GILES V. PAXSON.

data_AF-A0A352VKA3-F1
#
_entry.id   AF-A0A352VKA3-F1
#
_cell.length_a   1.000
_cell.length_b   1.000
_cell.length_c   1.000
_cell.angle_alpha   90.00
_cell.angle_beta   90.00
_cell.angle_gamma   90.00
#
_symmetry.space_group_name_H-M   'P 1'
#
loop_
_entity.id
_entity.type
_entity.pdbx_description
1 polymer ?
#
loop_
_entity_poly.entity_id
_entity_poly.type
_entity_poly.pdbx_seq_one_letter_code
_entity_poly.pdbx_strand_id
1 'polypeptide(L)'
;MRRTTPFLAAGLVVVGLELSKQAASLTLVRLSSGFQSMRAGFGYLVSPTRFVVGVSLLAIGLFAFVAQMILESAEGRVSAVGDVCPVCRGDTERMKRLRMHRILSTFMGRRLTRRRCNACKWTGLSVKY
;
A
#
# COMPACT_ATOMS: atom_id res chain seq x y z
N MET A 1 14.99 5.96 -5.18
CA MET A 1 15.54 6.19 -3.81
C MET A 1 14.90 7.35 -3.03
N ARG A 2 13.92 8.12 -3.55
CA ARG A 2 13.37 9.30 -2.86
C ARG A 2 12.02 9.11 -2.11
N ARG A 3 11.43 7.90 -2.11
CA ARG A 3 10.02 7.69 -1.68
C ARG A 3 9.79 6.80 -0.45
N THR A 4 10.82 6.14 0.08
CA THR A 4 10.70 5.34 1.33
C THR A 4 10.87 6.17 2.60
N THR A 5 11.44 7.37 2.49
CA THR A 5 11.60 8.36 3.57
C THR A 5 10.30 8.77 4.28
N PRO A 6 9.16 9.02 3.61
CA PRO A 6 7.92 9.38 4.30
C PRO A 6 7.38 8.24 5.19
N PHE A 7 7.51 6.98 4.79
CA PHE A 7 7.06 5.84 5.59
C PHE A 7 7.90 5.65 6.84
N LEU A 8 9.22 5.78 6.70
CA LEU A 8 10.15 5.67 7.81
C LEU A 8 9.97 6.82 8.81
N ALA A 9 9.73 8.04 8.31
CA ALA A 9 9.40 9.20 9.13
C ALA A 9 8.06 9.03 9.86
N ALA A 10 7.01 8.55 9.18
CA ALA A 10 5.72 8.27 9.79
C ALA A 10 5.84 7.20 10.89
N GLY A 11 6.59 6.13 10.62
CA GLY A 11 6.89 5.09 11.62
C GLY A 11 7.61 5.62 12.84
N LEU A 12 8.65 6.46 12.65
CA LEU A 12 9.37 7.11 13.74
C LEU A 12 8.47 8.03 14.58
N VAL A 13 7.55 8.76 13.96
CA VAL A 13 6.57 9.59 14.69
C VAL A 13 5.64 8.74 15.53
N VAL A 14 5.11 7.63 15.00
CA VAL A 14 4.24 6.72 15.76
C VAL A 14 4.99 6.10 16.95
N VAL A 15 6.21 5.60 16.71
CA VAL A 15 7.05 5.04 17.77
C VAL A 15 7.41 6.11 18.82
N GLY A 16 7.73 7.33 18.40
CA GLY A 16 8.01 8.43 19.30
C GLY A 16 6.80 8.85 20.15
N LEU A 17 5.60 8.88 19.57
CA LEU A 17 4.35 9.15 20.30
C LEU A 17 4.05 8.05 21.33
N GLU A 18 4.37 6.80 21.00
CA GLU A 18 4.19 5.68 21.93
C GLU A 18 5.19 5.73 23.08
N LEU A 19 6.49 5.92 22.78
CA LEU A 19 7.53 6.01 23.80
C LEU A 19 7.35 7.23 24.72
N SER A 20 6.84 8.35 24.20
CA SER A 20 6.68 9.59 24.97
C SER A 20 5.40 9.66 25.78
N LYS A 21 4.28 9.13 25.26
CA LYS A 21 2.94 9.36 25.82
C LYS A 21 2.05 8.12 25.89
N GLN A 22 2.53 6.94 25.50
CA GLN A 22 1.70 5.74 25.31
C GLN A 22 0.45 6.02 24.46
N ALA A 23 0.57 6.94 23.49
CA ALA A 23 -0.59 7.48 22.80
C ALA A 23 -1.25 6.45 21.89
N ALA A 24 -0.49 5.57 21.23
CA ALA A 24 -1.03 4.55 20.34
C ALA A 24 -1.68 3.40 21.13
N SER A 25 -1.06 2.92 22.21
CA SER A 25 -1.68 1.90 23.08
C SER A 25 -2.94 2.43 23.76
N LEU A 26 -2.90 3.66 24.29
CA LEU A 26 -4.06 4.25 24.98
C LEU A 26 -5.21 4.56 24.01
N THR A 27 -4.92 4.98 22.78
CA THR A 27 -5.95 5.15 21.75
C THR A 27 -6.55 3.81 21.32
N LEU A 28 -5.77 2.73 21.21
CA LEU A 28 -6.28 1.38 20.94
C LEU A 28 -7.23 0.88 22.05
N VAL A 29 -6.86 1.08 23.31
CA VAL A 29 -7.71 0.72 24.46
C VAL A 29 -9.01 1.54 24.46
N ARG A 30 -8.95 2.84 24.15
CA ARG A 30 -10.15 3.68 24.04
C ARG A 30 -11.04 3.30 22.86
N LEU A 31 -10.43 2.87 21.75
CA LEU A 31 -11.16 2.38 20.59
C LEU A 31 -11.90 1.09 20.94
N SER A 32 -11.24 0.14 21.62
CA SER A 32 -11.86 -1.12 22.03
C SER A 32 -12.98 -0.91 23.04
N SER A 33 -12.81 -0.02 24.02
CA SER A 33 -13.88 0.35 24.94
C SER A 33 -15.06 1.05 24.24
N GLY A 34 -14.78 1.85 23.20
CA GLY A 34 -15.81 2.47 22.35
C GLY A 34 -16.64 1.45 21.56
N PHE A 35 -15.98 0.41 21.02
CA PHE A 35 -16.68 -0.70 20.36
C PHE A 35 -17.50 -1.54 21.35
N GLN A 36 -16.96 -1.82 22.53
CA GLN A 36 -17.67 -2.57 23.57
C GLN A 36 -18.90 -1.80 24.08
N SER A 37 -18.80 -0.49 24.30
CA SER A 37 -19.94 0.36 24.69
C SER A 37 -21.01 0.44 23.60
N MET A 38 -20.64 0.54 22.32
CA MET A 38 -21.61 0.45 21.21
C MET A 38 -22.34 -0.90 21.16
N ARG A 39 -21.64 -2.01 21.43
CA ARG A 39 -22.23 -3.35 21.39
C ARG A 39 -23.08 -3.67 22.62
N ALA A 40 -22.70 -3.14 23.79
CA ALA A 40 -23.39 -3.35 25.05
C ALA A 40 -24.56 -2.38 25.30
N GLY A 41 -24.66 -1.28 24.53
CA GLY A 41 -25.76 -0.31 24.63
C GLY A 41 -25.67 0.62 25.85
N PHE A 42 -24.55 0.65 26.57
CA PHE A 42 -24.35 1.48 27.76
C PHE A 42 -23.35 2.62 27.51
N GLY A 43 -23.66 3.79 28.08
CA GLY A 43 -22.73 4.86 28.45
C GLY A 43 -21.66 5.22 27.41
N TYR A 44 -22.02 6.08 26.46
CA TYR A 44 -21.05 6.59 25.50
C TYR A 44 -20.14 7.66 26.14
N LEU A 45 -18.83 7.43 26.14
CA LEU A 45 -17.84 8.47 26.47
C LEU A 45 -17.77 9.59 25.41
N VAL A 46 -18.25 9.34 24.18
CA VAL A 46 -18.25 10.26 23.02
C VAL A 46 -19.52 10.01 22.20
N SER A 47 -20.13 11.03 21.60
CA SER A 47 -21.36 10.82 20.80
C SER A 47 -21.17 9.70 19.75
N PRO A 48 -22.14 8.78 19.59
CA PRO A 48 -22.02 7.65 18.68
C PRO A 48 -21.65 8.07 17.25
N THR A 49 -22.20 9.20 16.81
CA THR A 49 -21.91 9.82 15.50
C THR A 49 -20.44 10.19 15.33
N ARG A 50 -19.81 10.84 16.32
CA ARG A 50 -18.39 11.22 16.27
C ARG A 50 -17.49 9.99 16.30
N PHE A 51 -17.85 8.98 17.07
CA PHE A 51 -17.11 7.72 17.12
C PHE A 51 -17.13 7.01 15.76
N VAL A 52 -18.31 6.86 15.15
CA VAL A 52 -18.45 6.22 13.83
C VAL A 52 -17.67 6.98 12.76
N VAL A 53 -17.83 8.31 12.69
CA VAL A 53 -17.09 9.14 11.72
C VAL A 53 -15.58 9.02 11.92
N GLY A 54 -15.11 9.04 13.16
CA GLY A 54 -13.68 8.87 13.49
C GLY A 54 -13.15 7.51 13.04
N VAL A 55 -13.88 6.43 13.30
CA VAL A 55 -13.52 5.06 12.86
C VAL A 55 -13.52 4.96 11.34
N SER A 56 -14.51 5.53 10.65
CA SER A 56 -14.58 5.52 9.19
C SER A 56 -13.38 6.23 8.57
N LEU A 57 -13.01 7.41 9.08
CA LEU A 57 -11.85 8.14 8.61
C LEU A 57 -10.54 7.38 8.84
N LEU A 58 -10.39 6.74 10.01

that the commissioner does not certify that he had nO interest in the case, as required by the provisions of section 863, Rev. St. U. S There are two general methods for taking depositions to be used on the trial of law cases provided for in the Revised Statutef>; the one being the mode pointed out in section 863, and the other in section 866. When taken under the provisions of the former section, a commission to the officer is not sued out from the court in which the cause is pending, but the party desiring to take the testimony gives notice to the opposite party or his attorney of the time and place when and where the testimony is to be taken, and selects as the commissioner anyone of the parties named in the section. When depositions are thus taken, no opportunity is afforded to the opposite party to be heard upon the matter of the selection of the commissioner. Hence it is required of the party taking the deposition that he shall select a disinterested commissioner, and the statute requires the party selected to certify that he is not of counsel for either party, nor interested in the event of the suit. If, however, the depositions are not taken under section 863, but under the authority granted in section 866, then, by the express terms of the latter section, the provisions of sections 863, 864, and 865 not applicable thereto. Section 866 provides for the court granting a dedimu8, and in so doing it is presumed that the court will select a proper person to act as the commissioner, and the parties can be heard upon the question of the appointment before the commission issues. The authority conferred by section 866 is the granting a d.edimus to take depositions according to common usage. In McLennan v. P.ailroad Co., 22 Fed. Rep. 198, it was held: "When, however, the facts are such ina given case that, under the provisions of statutes of the United States, the right to take the testimony Qf witnesses by deposition exists, then, as to the mere mode of procuring the deposition, parties may follow, at their election, either the prOVisions of the state . law or of the act of congress." IIi other words, if the right to take depositions existed, then the party desiring to take the same might do so under the provisions of section 863 or according to common usage, which, in an action at law, would be deemed to be in accordance with the mode provicled for by the statutes of the state. An examination of the depositions moved against shows that the same were not taken under the provisions of section 863, but that a dedimus was issued under the seal of the court directed to Ralph L. Goodrich, clerk of the circuit court of the States for the Eastern district of Arkansas. The requirements, therefore, of sections 863,864, and 865 do not apply to these depositions. The Code of Iowa does not require that the commissioner shall certify that he is not of counsel, or is not interested in .the suit. The fact that, when notitled that a commission would be sued out from the court on a given day, directed to a party named as commissioner, the defendants did not obje<;t ·thereto, and the fa,ct that the person named was selected and appointed in the commission issued as a proper person to act in the premises, certainly makes out at least a prima facie presumption that he was a proper pllirty to act as commissioner; and, in the absence ·of proof to the con-